Rule 4:18-governs discovery device that is also referred to as a “Notice to Produce.” The Rule permits a party to serve upon the other party a request to produce, inspect and photocopy documents, including electronically stored information, that are discoverable in accordance within R. 4:10-2. More specifically, Rule 4:18-1 (b)(1) states that the request must set forth the items to be produced, inspected or photocopied, and describe each item and category with reasonable particularity. The request must also specify a reasonable time, place, and manner of making the inspection and performing the related acts. The party upon whom such a request is made must serve written responses to the request within thirty-five (35) days after service of the request. However, if such a demand for documents is made together with the service of the Summons and Complaint, the defendant may serve a written response within fifty (50) days after the request was served upon him/her. Like interrogatories, a specific request may be objected to.
A deposition pursuant to 4:14-1 is the taking of out-of-court oral testimony of a witness, including the parties. It may be taken at any time after the commencement of the action. A party desiring to take the deposition of another person shall give not less than ten (10) days written notice to every other party to the action, stating the time and place for the deposition. A deposition is generally conducted by the lawyers, and outside the presence of the judge. Examination and cross-examination of the witness proceeds in similar as occurs during trials, except cross-examination need not be limited to the subject matter of the examination in chief. Pursuant to R. 4:14-3 no objection shall be made during the taking of a deposition except those addressed to the form of a question or to assert a privilege, a right to confidentiality or a limitation pursuant to a previously entered court order. The right to object on other grounds is preserved and may be asserted at the time the deposition testimony is proffered at trial. Once the deponent has been sworn, there shall be no communication between the deponent and counsel during the course of the deposition while testimony is being taken except with regard to the assertion of a claim of privilege, a right to confidentiality or a limitation pursuant to a previously entered court order.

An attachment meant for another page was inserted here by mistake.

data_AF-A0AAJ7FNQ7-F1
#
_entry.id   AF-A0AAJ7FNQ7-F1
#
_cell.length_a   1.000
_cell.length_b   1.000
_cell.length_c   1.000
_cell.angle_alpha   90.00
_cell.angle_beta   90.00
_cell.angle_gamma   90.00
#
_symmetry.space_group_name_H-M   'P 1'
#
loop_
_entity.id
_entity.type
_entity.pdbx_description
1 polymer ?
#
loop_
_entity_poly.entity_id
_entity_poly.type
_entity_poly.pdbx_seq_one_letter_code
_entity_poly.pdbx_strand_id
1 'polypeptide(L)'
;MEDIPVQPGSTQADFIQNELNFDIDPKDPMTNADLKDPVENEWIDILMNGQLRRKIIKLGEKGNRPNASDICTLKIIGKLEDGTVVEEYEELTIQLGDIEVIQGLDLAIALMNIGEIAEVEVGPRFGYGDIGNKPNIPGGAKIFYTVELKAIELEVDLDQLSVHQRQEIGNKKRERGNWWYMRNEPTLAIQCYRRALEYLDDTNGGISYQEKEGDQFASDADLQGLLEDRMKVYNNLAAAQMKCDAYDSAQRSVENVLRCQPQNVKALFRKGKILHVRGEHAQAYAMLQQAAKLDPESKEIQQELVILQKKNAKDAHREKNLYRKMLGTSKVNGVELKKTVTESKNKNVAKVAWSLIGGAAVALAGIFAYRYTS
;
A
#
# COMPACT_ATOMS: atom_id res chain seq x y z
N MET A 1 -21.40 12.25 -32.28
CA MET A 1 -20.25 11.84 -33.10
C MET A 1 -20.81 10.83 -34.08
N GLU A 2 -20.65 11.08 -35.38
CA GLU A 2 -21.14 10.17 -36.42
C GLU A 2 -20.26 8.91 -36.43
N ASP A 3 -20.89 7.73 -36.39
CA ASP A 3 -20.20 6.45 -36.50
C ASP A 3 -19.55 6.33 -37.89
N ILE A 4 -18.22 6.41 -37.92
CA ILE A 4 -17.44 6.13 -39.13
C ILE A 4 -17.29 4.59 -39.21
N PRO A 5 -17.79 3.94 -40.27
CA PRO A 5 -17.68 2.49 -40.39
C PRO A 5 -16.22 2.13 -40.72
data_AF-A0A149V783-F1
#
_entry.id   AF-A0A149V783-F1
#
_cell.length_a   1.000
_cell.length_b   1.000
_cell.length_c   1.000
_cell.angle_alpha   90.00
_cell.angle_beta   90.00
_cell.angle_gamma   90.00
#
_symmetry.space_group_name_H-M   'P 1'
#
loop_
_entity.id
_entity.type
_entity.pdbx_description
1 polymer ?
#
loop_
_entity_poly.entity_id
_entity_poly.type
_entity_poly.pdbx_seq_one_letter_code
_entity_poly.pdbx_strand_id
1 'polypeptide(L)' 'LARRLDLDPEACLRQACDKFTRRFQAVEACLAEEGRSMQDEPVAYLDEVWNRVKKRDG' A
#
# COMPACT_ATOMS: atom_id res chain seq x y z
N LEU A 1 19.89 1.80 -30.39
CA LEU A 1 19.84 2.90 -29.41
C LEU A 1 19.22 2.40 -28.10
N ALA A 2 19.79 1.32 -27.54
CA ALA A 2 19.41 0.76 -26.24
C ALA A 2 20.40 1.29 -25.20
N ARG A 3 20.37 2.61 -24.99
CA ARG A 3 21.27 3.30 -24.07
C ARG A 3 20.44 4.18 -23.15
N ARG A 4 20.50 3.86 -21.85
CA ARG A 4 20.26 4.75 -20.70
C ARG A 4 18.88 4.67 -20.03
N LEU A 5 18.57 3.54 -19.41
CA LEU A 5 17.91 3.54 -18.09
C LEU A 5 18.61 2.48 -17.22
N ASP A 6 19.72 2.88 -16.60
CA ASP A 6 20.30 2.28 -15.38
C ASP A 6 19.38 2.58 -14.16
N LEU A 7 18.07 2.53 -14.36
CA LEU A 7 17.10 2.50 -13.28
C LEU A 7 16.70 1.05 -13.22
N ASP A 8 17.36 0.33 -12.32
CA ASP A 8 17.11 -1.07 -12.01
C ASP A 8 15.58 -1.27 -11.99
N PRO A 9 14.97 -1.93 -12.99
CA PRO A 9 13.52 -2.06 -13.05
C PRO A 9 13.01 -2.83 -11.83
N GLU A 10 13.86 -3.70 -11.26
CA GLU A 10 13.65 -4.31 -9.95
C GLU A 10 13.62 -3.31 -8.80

Deposition testimony is typically recorded by a stenographer and reduced to a writing. In some circumstances the court will allow the deposition to be videotaped. A deposition may be taken of any person (i.e., anyone in addition to the parties), with the exception of family members under the age of 18 (e.g., children of the parties). The scope of the deposition may include all topics, except those matters constituting the grounds to the divorce. A party may also be permitted to depose the other party’s expert witness (e.g., business and real estate appraiser).
Request for Admissions